Bank mutual fund operations, one of the industry's most promising new businesses, are suddenly caught in a regulatory drumfire.

Regulators and lawmakers are issuing a barrage of questions and warnings. The big worry is that the bank mutual fund boom could go bust if stock and bond markets drop, hurting both consumers and banks.

Just last month, two powerful congressional committee chairmen -- Rep. John Dingell, D-Mich., and Rep. Henry Gonzalez, D-Tex. -- ordered the General Accounting Office to investigate the implications of the surge in bank fund sales.

Congressional hearings are likely as early as this fall, after the GAO reaches tentative conclusions. More hearings could follow in the spring, when GAO officials say their final report will be ready.

Dismay and Uncertainty

Few believe that regulators will force a rollback of the bank mutual fund business. But the heightened congressional interest and the possibility of tougher regulation have created consternation and uncertainty among banks that are pushing into investment products.

"If the regulatory environment is not clear, that makes planning difficult," said George Bernard, mutual fund chief at PNC Bank Corp., Pittsburgh. "Obviously, that's going to hurt people."

The heightened attention has prompted some banks to exercise greater care in choosing salespeople and disclosing investment risks. But so far, no banks have beat a retreat from the business.

Is the scrutiny dampening banks' enthusiasm for mutual funds? "I don't think so," said Kurt Cerulli, principal of Cerulli Associates, a Boston-based consulting fir. "Does it have the potential to become cumbersome? Yes."

Laundry List of Concerns

Among the worries on bankers' minds:

* Should banks let existing staff sell funds as well as traditional bank products -- or should they hire licensed brokers who deal strictly with investment-products customers? The latter approach would more readily pass muster with regulators.

* Will regulators crack down on the growing practice of adopting banklike names for proprietary mutual funds? If so, switching names could be costly and perhaps embarrassing for companies like NationsBank, First Union, and PNC, which use like-sounding names for their funds.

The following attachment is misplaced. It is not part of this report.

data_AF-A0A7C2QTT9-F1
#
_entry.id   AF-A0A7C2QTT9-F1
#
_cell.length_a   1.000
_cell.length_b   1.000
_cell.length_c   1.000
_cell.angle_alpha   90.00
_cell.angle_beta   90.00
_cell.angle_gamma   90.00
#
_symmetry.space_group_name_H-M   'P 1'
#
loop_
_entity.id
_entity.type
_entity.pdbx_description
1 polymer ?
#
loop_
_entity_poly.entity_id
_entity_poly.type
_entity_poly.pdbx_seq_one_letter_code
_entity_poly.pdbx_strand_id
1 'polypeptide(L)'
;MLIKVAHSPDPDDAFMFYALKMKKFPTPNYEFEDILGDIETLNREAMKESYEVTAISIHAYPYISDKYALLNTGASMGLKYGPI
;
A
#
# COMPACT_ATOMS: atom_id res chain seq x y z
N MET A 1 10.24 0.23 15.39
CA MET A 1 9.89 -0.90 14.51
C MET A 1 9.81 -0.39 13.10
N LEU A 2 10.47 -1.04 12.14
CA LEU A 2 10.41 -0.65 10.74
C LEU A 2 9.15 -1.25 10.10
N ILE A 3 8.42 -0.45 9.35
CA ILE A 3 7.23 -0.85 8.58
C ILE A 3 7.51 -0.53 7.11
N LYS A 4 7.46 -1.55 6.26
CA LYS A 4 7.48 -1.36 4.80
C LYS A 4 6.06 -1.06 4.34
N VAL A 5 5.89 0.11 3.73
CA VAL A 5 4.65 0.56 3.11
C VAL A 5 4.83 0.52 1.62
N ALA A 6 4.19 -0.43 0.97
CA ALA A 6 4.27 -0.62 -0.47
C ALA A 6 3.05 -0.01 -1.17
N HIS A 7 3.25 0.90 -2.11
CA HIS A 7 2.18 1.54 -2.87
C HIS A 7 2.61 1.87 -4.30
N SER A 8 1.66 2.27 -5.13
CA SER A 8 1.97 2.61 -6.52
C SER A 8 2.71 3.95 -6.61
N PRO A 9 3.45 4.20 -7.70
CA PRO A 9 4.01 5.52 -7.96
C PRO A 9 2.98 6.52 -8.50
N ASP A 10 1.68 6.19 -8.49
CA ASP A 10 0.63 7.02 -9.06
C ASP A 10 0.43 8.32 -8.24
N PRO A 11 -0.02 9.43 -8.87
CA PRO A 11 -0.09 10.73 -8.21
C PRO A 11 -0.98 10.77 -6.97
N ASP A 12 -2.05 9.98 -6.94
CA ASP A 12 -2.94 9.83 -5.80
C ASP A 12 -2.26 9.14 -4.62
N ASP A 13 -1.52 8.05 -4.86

* Should banks reprint existing sales literature when they need more -- or wait to see if they will be required to disclose additional information about investment risks to customers?

The call to arms by Rep. Dingell and Rep. Gonzalez was the culmination of a war of words that has raged all year. Since January, federal banking, securities, and brokerage regulators, joined by state securities regulators, have been probing the bank mutual fund business.

Why the heightened interest? For one thing, the circumstances under which bank customers buy mutual funds have changed dramatically in the past three or four years, says W. Bruce McConnel, a partner in the Philadelphia law firm of Drinker, Biddle & Reath.

Today, mutual funds are frequently sold in bank lobbies. That is far cry from the prevailing practice of just a few years ago, when banks that offered mutual funds at all typically did so through a separate affiliate, such as a discount brokerage, Mr. McConnel said.

Consequently, "I think there's understandable concern among the regulators that bank customers may not be receiving proper disclosure," he said.

But Mr. McConnel added that there is more to it.

"Among some elected representatives, there is a legacy of suspicion when it comes to bank involvement in the securities industry," Mr. McConnel said.

Quiet Allies Expanded Powers

At the same time, he said, legislators feel "outflanked" by the courts and regulators, which have quietly expanded banks' mutual fund powers in recent years.

He expects the Office of the Comptroller of the Currency and the Securities and Exchange Commission in particular to keep the spotlight on bank practices.

"Both will bend over backwards to scrutinize banks' mutual fund practices, sensing the congressional concern," Mr. McConnel said.

Mr. Cerulli also sees the concerns as part of a long-running debate over the erosion of the Depression-era Glass-Steagall Act.

Scrutiny Called 'Reactionary'

"In reality, so much of Glass-Steagall has already broken down" Mr. Cerulli said. "A lot of this is just reactionary."

Congress, he said, quite rightly wants to make sure customers understand that mutual funds sold by banks aren't protected by the Federal Deposit Insurance Corp.

"But banks' investment representatives are well trained," he said. Increasingly, banks use full-fledged stockbrokers to sell their funds.

Bankers maintain that policy-makers are overlooking an important factor. Banks want to be in the mutual fund business for a long time, and they are taking pains to do things right.

"I do not want to sell a customer an inappropriate product, and I certainly don't want anyone leaving the bank believing they have purchased an insured product," said Deanna Belli, senior vice president and director of trust marketing at Riggs National Bank, Washington.

PNC's Mr. Bernard said he is convinced that mutual funds are good for investors, and that the business has potential to strengthen the banks by enabling them to build fee income.

"If you just paralyze the banks so they can do nothing but rely on traditional products, you're going to hamstring the banking system," Mr. Bernard said.

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